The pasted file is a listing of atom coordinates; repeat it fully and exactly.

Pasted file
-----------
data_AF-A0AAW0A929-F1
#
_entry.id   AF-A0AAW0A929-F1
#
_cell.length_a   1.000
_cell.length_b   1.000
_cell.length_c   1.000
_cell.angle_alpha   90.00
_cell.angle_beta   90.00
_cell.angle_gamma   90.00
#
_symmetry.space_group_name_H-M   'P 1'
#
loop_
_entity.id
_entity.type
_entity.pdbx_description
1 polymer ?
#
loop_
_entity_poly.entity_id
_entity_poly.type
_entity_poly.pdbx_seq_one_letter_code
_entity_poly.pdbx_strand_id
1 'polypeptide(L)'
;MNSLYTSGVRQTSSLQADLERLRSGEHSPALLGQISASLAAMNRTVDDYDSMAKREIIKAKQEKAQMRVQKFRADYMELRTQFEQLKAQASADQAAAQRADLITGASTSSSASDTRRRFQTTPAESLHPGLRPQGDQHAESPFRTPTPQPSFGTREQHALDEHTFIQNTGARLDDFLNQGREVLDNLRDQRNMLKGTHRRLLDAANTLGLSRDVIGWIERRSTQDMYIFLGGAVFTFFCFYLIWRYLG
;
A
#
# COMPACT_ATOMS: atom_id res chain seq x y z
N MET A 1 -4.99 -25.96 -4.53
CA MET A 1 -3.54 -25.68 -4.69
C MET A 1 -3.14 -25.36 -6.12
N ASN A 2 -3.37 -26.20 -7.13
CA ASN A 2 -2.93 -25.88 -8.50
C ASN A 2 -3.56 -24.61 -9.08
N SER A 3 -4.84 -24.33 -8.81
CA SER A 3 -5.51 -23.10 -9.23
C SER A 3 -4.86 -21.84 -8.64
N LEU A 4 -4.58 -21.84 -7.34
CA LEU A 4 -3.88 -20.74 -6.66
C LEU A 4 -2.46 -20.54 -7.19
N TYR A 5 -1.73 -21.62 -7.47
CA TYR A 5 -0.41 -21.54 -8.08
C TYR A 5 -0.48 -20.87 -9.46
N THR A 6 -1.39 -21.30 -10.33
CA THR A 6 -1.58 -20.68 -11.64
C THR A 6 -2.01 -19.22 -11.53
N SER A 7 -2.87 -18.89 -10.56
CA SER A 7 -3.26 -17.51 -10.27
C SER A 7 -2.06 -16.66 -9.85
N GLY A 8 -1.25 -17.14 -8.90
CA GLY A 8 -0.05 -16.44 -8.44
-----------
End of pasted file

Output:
data_AF-A0AAW0A929-F1
#
_entry.id   AF-A0AAW0A929-F1
#
_cell.length_a   1.000
_cell.length_b   1.000
_cell.length_c   1.000
_cell.angle_alpha   90.00
_cell.angle_beta   90.00
_cell.angle_gamma   90.00
#
_symmetry.space_group_name_H-M   'P 1'
#
loop_
_entity.id
_entity.type
_entity.pdbx_description
1 polymer ?
#
loop_
_entity_poly.entity_id
_entity_poly.type
_entity_poly.pdbx_seq_one_letter_code
_entity_poly.pdbx_strand_id
1 'polypeptide(L)'
;MNSLYTSGVRQTSSLQADLERLRSGEHSPALLGQISASLAAMNRTVDDYDSMAKREIIKAKQEKAQMRVQKFRADYMELRTQFEQLKAQASADQAAAQRADLITGASTSSSASDTRRRFQTTPAESLHPGLRPQGDQHAESPFRTPTPQPSFGTREQHALDEHTFIQNTGARLDDFLNQGREVLDNLRDQRNMLKGTHRRLLDAANTLGLSRDVIGWIERRSTQDMYIFLGGAVFTFFCFYLIWRYLG
;
A
#
# COMPACT_ATOMS: atom_id res chain seq x y z
N MET A 1 -4.99 -25.96 -4.53
CA MET A 1 -3.54 -25.68 -4.69
C MET A 1 -3.14 -25.36 -6.12
N ASN A 2 -3.37 -26.20 -7.13
CA ASN A 2 -2.93 -25.88 -8.50
C ASN A 2 -3.56 -24.61 -9.08
N SER A 3 -4.84 -24.33 -8.81
CA SER A 3 -5.51 -23.10 -9.23
C SER A 3 -4.86 -21.84 -8.64
N LEU A 4 -4.58 -21.84 -7.34
CA LEU A 4 -3.88 -20.74 -6.66
C LEU A 4 -2.46 -20.54 -7.19
N TYR A 5 -1.73 -21.62 -7.47
CA TYR A 5 -0.41 -21.54 -8.08
C TYR A 5 -0.48 -20.87 -9.46
N THR A 6 -1.39 -21.30 -10.33
CA THR A 6 -1.58 -20.68 -11.64
C THR A 6 -2.01 -19.22 -11.53
N SER A 7 -2.87 -18.89 -10.56
CA SER A 7 -3.26 -17.51 -10.27
C SER A 7 -2.06 -16.66 -9.85
N GLY A 8 -1.25 -17.14 -8.90
CA GLY A 8 -0.05 -16.44 -8.44